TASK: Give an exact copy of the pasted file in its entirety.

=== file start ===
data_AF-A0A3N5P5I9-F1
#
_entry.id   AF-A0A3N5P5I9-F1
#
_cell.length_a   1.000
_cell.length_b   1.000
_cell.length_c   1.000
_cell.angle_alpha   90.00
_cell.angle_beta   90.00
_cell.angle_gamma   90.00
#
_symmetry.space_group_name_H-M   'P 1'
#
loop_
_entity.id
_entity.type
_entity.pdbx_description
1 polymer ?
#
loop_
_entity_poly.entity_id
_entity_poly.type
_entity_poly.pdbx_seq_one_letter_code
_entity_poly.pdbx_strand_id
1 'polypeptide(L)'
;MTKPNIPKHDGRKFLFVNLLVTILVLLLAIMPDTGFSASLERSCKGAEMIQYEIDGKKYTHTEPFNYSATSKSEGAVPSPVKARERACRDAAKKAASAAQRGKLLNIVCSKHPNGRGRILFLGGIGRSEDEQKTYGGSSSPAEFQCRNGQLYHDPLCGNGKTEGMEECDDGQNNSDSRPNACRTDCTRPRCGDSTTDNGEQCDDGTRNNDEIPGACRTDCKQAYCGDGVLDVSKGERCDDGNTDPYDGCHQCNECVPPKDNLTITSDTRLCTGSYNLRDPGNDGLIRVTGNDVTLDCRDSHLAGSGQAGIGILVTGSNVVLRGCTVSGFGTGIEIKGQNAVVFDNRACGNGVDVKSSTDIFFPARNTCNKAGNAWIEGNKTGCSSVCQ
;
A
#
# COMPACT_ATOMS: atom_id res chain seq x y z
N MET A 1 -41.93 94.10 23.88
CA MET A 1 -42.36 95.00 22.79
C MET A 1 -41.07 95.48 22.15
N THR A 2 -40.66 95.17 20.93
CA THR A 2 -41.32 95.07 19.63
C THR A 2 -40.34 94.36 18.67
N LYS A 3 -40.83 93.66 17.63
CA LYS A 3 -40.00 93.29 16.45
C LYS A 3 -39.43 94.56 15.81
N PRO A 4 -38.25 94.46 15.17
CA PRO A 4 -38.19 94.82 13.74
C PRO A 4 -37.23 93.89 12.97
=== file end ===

data_AF-A0A3N5P5I9-F1
#
_entry.id   AF-A0A3N5P5I9-F1
#
_cell.length_a   1.000
_cell.length_b   1.000
_cell.length_c   1.000
_cell.angle_alpha   90.00
_cell.angle_beta   90.00
_cell.angle_gamma   90.00
#
_symmetry.space_group_name_H-M   'P 1'
#
loop_
_entity.id
_entity.type
_entity.pdbx_description
1 polymer ?
#
loop_
_entity_poly.entity_id
_entity_poly.type
_entity_poly.pdbx_seq_one_letter_code
_entity_poly.pdbx_strand_id
1 'polypeptide(L)'
;MTKPNIPKHDGRKFLFVNLLVTILVLLLAIMPDTGFSASLERSCKGAEMIQYEIDGKKYTHTEPFNYSATSKSEGAVPSPVKARERACRDAAKKAASAAQRGKLLNIVCSKHPNGRGRILFLGGIGRSEDEQKTYGGSSSPAEFQCRNGQLYHDPLCGNGKTEGMEECDDGQNNSDSRPNACRTDCTRPRCGDSTTDNGEQCDDGTRNNDEIPGACRTDCKQAYCGDGVLDVSKGERCDDGNTDPYDGCHQCNECVPPKDNLTITSDTRLCTGSYNLRDPGNDGLIRVTGNDVTLDCRDSHLAGSGQAGIGILVTGSNVVLRGCTVSGFGTGIEIKGQNAVVFDNRACGNGVDVKSSTDIFFPARNTCNKAGNAWIEGNKTGCSSVCQ
;
A
#
# COMPACT_ATOMS: atom_id res chain seq x y z
N MET A 1 -41.93 94.10 23.88
CA MET A 1 -42.36 95.00 22.79
C MET A 1 -41.07 95.48 22.15
N THR A 2 -40.66 95.17 20.93
CA THR A 2 -41.32 95.07 19.63
C THR A 2 -40.34 94.36 18.67
N LYS A 3 -40.83 93.66 17.63
CA LYS A 3 -40.00 93.29 16.45
C LYS A 3 -39.43 94.56 15.81
N PRO A 4 -38.25 94.46 15.17
CA PRO A 4 -38.19 94.82 13.74
C PRO A 4 -37.23 93.89 12.97